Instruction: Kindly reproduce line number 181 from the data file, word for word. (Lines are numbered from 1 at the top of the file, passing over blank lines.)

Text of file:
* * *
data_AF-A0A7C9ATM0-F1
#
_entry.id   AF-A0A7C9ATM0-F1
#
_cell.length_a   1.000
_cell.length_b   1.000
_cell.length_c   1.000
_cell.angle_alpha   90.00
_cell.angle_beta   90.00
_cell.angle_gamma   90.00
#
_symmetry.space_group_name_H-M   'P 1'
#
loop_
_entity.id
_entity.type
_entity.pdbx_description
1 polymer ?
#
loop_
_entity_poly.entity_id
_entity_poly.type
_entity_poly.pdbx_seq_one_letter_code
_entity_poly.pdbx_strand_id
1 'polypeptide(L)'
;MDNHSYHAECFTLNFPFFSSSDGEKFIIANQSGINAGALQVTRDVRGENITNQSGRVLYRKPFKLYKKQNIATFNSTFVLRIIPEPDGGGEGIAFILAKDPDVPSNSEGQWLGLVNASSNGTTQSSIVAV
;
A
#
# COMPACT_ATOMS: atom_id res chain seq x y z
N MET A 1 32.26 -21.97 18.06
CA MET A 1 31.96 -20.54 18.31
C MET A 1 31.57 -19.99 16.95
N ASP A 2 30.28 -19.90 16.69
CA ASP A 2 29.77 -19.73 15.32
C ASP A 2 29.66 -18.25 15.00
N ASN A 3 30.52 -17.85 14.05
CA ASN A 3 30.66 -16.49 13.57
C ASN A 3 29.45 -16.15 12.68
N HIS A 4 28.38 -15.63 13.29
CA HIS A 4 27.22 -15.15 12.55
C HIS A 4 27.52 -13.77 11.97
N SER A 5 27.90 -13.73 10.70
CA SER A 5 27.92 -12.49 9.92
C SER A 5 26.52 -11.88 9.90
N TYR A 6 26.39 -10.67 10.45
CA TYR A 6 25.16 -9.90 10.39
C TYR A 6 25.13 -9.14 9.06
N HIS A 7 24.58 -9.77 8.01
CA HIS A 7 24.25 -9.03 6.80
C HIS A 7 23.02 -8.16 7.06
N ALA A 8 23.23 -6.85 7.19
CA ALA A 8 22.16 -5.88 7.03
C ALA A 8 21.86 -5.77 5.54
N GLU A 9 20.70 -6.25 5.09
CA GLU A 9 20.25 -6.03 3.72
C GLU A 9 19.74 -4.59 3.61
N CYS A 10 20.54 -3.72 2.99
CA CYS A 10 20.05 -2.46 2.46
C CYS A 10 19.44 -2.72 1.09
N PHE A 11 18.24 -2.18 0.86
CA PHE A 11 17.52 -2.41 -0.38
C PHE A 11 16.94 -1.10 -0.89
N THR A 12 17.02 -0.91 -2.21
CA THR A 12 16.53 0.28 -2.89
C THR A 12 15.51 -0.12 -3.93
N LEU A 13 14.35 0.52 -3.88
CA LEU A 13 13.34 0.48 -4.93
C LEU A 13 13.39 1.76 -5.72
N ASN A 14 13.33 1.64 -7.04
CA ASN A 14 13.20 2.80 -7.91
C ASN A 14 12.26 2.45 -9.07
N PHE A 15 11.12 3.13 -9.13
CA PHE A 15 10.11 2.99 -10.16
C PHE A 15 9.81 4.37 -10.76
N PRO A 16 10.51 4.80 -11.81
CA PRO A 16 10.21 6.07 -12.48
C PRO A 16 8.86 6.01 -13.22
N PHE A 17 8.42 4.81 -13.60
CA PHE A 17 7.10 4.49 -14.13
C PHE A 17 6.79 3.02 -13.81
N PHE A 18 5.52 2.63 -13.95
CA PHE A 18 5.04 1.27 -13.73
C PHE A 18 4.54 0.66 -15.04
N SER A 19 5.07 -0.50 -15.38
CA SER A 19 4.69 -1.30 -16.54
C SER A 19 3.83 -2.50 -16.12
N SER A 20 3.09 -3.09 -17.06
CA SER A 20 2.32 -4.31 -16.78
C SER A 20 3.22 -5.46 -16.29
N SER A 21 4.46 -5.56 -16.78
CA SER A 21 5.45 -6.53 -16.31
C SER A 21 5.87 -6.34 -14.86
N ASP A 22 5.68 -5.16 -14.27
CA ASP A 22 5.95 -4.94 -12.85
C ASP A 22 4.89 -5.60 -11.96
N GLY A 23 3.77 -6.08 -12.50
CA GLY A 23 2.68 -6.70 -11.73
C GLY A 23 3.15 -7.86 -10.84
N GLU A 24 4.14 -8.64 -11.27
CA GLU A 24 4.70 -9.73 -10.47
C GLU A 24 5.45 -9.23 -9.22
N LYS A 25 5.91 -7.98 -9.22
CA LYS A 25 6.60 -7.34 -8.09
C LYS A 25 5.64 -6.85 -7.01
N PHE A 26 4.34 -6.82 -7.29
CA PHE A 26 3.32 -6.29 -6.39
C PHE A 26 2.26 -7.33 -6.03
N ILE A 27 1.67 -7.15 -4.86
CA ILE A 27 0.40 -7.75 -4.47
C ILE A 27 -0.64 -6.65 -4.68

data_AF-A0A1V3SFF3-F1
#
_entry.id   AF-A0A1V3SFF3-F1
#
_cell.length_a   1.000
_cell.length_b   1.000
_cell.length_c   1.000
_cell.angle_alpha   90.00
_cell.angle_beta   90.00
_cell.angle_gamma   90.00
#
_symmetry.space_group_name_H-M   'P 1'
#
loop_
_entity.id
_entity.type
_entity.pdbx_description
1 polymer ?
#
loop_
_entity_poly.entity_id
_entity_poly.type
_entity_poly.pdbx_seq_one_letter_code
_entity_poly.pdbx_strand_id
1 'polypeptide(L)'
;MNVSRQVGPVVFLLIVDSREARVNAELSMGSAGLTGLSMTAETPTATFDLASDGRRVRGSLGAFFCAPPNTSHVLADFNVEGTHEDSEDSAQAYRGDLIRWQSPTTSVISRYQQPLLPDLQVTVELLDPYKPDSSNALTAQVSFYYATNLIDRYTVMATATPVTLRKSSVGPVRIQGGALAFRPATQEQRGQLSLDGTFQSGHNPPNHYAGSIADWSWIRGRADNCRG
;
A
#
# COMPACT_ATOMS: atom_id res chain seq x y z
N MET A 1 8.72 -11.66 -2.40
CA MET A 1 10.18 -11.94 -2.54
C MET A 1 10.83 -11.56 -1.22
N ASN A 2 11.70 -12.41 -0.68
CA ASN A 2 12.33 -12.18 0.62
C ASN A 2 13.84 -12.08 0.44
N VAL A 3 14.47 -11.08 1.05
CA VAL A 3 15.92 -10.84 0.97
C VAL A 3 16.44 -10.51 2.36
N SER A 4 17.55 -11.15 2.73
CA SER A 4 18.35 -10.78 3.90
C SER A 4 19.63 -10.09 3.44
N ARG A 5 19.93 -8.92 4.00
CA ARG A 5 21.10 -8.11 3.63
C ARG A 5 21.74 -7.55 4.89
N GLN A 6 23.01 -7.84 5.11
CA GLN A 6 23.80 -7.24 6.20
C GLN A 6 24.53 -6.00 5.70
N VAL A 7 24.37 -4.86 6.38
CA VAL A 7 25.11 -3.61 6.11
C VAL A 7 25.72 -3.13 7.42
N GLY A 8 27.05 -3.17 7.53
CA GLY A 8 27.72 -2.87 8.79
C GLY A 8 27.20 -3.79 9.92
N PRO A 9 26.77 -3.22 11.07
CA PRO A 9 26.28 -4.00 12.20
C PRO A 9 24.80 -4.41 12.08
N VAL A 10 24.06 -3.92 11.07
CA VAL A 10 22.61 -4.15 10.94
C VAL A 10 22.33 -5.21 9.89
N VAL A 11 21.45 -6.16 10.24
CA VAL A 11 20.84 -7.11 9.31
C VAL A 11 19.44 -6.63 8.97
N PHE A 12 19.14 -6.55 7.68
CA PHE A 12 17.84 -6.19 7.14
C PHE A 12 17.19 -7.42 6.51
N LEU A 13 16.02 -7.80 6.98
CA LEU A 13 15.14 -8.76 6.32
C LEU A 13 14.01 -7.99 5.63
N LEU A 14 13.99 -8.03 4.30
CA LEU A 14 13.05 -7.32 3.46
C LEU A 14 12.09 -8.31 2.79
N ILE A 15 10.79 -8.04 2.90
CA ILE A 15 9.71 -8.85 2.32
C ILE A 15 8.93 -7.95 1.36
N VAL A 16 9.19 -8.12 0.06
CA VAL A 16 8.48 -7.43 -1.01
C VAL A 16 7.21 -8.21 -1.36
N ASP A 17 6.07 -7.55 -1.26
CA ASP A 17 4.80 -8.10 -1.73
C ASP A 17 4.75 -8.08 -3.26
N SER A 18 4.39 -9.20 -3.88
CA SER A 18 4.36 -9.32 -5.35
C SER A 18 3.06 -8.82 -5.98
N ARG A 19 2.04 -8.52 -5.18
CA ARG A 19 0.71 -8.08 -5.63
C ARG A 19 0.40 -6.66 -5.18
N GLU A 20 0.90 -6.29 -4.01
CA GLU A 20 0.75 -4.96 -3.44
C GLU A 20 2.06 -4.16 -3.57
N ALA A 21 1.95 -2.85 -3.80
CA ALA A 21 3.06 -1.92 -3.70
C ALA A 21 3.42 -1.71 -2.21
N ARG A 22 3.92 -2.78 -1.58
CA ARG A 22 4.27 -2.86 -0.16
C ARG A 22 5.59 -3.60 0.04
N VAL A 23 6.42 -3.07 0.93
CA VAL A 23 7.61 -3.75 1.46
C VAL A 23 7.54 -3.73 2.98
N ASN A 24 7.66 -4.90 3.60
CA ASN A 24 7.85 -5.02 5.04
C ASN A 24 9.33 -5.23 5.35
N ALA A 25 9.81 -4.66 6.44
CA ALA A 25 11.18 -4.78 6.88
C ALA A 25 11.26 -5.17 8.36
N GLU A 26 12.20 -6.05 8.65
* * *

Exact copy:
N LEU A 14 13.99 -8.03 4.30